Only 4 women prosecutors at 25 mahila courts, claims complaint
Delhi’s 25 ‘mahila courts’ have only four women government prosecutors to fight cases on behalf of victims, records with the home department have revealed.
Waking up to the glaring gender gap, the Delhi government on Tuesday issued directions to the Directorate of Prosecution (DOP) to deploy 33 female prosecutors in the mahila courts within 60 days — a first in the national Capital.
A mahila court takes up cases only related to crimes against women and has a woman judge. “These courts have predominantly all-women teams, including female prosecutors. Ideally, only the accused and the lawyers are supposed to be men,” a government official said on the condition of anonymity.
The action came after the government took cognisance of a complaint highlighting that as many as 21 male assistant public prosecutors are posted in these mahila courts despite the availability of 33 female prosecutors in the Directorate of Prosecution (DOP), which comes under the Delhi government.
The complainant, Vijay Kumar, in his letter to the additional chief secretary (home), Manoj Parida, on August 31 also stated that as per the law and the Scheme of Criminal Procedure Code-1973, only female officials are supposed to be involved in cases of crimes against women that come to the city’s mahila courts.
“Sometimes, it is also seen that when a male assistant public prosecutor asks the exact way of molestation from the women victims then due to hesitation or shame, they keep mum, due to which the entire justice delivery systems get affected and it results in acquittal of the case,” read Kumar’s complaint.
On an average, each of the 25 mahila courts in Delhi hear about 40 cases on a daily bases.
These cases range from incidents of dowry, domestic violence, kidnapping and molestation among others.
A note written by the additional secretary (home) this week stated that apart from posting the 33 female prosecutors, if the courts need more representation then the DOP would have to post contract additional public prosecutors from among women appointees.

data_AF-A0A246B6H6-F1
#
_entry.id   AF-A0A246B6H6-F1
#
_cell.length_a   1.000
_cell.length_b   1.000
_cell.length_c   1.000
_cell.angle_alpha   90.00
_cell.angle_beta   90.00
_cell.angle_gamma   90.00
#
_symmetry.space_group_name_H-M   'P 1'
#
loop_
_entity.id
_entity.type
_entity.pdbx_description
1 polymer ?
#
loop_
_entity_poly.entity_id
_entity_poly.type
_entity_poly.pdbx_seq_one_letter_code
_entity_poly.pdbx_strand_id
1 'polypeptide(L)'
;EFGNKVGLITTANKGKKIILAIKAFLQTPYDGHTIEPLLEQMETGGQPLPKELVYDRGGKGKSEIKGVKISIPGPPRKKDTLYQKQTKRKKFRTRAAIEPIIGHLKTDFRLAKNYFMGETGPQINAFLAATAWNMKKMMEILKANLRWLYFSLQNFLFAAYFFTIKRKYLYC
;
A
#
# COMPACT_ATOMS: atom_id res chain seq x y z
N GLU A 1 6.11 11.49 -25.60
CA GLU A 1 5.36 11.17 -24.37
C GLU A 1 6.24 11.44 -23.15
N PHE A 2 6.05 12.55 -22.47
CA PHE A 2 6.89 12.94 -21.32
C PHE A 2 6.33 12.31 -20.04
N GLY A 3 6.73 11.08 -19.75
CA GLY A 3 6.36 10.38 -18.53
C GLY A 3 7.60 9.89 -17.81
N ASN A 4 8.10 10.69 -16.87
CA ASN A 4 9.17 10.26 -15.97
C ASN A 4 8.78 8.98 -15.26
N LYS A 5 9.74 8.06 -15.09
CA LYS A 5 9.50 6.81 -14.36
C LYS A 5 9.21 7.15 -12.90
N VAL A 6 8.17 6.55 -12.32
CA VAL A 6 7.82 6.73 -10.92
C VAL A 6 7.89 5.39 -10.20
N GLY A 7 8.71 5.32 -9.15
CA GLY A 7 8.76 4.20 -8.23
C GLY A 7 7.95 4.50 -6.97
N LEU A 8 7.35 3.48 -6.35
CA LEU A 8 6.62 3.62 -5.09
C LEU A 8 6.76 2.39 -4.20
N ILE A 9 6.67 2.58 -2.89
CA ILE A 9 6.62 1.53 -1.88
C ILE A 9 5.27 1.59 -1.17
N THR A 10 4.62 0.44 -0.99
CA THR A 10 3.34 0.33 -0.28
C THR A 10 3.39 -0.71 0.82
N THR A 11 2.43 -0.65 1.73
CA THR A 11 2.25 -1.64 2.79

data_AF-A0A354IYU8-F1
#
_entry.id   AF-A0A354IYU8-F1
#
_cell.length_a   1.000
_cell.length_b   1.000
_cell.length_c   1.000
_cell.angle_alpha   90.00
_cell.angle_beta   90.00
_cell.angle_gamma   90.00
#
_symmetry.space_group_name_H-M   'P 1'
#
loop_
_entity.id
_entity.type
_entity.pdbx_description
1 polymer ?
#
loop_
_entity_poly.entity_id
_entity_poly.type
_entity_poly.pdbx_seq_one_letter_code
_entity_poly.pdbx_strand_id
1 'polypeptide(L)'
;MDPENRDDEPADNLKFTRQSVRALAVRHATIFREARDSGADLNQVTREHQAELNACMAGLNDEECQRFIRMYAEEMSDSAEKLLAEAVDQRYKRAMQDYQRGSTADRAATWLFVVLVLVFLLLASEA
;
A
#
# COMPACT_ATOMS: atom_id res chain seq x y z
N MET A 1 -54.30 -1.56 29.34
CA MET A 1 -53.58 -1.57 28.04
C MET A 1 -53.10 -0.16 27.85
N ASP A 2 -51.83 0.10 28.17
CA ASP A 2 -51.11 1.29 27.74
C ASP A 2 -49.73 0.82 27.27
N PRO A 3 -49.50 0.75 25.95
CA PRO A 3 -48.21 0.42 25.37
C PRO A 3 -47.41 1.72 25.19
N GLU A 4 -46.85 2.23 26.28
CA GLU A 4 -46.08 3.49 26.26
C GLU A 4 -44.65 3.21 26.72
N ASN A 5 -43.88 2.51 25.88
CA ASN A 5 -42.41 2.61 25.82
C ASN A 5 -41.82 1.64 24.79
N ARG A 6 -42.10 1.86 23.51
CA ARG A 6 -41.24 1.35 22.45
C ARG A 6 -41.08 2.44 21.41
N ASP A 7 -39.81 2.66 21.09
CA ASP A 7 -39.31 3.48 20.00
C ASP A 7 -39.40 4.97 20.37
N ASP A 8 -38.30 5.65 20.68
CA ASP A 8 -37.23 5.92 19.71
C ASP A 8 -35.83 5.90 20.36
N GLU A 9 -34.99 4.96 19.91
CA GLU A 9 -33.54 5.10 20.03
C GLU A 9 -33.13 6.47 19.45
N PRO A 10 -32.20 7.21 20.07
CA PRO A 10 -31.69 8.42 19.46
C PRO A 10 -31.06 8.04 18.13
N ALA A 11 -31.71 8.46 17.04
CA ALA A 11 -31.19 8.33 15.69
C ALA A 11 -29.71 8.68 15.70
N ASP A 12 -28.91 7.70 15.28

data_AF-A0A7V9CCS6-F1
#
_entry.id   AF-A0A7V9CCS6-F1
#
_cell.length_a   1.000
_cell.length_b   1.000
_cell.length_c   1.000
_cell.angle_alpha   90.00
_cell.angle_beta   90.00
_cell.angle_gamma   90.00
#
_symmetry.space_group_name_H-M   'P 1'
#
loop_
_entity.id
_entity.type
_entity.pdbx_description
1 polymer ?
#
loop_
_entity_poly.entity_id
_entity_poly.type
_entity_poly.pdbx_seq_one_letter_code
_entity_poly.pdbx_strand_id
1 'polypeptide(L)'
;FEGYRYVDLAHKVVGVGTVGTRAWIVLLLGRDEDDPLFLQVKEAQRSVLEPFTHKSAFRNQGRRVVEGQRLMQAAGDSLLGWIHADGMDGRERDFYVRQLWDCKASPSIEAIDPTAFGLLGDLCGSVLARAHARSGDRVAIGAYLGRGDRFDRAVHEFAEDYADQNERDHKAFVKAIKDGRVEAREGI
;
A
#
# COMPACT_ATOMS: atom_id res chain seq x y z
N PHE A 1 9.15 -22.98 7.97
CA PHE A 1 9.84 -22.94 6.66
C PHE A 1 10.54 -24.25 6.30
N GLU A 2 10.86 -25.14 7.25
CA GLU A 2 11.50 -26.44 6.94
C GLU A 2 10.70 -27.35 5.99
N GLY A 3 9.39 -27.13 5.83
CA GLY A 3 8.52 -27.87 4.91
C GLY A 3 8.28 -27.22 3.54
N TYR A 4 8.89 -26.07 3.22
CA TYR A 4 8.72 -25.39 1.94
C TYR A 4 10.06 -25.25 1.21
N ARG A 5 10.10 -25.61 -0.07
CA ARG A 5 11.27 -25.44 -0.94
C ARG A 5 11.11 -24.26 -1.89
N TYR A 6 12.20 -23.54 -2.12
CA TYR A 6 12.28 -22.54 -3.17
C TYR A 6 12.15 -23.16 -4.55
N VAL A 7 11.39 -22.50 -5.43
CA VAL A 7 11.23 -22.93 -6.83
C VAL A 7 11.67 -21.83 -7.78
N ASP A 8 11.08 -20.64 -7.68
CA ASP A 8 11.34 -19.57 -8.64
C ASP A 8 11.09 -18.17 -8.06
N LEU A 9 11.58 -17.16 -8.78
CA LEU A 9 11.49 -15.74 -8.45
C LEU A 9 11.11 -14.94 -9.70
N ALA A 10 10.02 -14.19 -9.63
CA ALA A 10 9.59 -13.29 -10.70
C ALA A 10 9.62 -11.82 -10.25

In 2002, the National Commission for Women also had recommended that more women prosecutors should be appointed so that they could handle all crimes against women. It also stated that 33% of judicial officers of all ranks should be women.
An official in the DOP said the national Capital as 270 criminal courts out of which 25 are reserved as ‘mahila courts’.
“We have about 300 prosecutors in total in the Delhi government out of which only around 60 are women,” the official said on a condition of anonymity.
When asked why mahila courts do not have adequate female public prosecutors, another DOP official said the women lawyers were not willing to be shifted to the ‘mahila courts’.
“The female public prosecutors are reluctant to shift to these courts and we do not know why. But, with the latest order of the home department, now they will have to be posted at mahila courts now,” the official said.
Enter your email to get our daily newsletter in your inbox
- Unlike other states, Delhi does not have its own state education board. There are about 1,500,000 government school students in Delhi.
- The AAP has only worked and struggled for the poor and Dalits in the last five years,” said Kejriwal, at an event organised by an NGO in Tukhlakabad Extension on Saturday.